Venezuelan President Hugo Chavez said Libya is bracing for civil war in his first comments on the unrest following speculation he may grant Qaddafi asylum after years of support. “Long live Libya and its independence,” Chavez said today in a post on his Twitter account.
Thousands of Egyptians working in Libya fled after Qaddafi’s second-oldest son, Saif al-Islam, this week accused foreigners of inciting the revolt. Popular uprisings are spreading across the Arab world after mass protests in Tunisia and Egypt ousted their two long-serving presidents.
Many of those arriving from Libya said they had seen mercenaries from Africa and elsewhere, some speaking French.
“My brother and cousins have been trying to leave Tripoli for four days, but they’re not able to,” said Nabil Abdel Raouf, 35, an Egyptian construction worker who made it to safety in Egypt. “The mercenaries are in the streets and they’re killing anyone who leaves his house.”
Yehia, 23, said that at first “the police attacked the protesters, but after they saw many of their people being killed, they sympathized and joined them. The army too.”
Death Toll Reports
Italian Foreign Minister Franco Frattini told parliament Feb. 23 there are “credible” reports that 1,000 people have been killed. The violence in Libya quickly surpassed unrest in other Arab countries engulfed by demonstrations, including Egypt, Tunisia, Bahrain and Yemen.
In the east, Qaddafi’s opponents organized committees of civilians to run and defend their cities with the help of troops who deserted his forces. Major General Suleiman Mahmoud, commander of the Libyan army in Tobruk, told Al Jazeera that his forces are siding with local residents.
Qaddafi has led Libya since coming to power in a military coup in 1969, making him the world’s longest-serving non-royal leader.
He “has always been an ‘unusual’ person: erratic, unpredictable and unconventional,” George Lane, a former U.S. ambassador to Yemen who had headed the U.S. Embassy’s office in Benghazi, said yesterday by e-mail. Lane said he met Qaddafi during the 1969 coup. “In some ways he was ‘crazy like a fox.’ Now he sounds like he may be out of control,” Lane said.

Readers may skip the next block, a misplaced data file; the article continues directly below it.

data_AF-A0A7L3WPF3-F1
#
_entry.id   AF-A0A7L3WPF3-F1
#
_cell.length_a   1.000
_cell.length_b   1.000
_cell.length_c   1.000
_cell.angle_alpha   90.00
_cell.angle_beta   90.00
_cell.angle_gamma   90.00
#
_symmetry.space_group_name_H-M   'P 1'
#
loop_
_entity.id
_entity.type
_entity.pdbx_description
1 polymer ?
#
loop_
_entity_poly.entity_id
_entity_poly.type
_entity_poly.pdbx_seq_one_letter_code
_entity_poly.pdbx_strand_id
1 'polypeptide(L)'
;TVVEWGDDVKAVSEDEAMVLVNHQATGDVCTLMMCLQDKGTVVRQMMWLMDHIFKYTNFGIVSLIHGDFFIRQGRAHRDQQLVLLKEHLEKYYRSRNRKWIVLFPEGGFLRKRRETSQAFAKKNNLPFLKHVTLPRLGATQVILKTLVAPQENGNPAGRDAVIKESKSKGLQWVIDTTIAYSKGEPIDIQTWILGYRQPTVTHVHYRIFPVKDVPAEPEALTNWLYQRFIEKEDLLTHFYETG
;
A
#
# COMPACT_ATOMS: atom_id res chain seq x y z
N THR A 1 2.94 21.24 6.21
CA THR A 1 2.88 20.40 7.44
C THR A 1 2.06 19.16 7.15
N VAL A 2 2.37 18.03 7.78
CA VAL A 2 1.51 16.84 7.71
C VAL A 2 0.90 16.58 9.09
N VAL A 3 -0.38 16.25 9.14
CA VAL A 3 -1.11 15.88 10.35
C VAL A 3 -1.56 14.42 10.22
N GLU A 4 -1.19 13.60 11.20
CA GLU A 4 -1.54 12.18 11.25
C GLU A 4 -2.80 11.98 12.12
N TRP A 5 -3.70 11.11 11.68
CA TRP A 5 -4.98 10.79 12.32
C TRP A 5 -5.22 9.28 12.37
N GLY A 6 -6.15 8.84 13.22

‘Rats’ and ‘Cockroaches’
In his speech this week, the Libyan leader called the protesters “rats” and “cockroaches,” warning them to stay off the streets and reading a litany of offenses that would justify the death penalty.
Outside the capital, and in Libyan diplomatic missions around the world, cracks in the regime were widening. More than a dozen Libyan envoys have resigned since the uprising began on Feb. 17, including its chief diplomats to the United Nations and to the U.S.
Saif al-Islam denied on state television yesterday reports that warplanes had been used in attacks. One of his brothers, Saadi, in an interview in the London-based Financial Times, contradicted him, saying ships and aircraft had been used to bombard ammunition depots in Benghazi.
The SITE Monitoring Group, which checks the websites of Islamic militant groups, said Feb. 23 that al-Qaeda’s North African arm, al-Qaeda in the Islamic Maghreb, expressed solidarity with anti-government forces in Libya and urged Muslims everywhere to support the uprising. “We will do whatever we can to help,” SITE quoted the group as saying.
Evacuations have been complicated by the closing of all airports in Libya except in Tripoli. Turkish Foreign Minister Ahmet Davutoglu said that Libya denied requests for extra flights to evacuate Turks from the country, prompting Turkey to begin the biggest sea evacuation in its history. Turkey has repatriated 5,516 of its estimated 25,000 citizens from Libya so far, his ministry said yesterday.
China chartered four passenger ships from Greece and Malta and 100 buses from Egypt to move 4,600 of its estimated 30,000 nationals away from the violence, its Foreign Ministry said.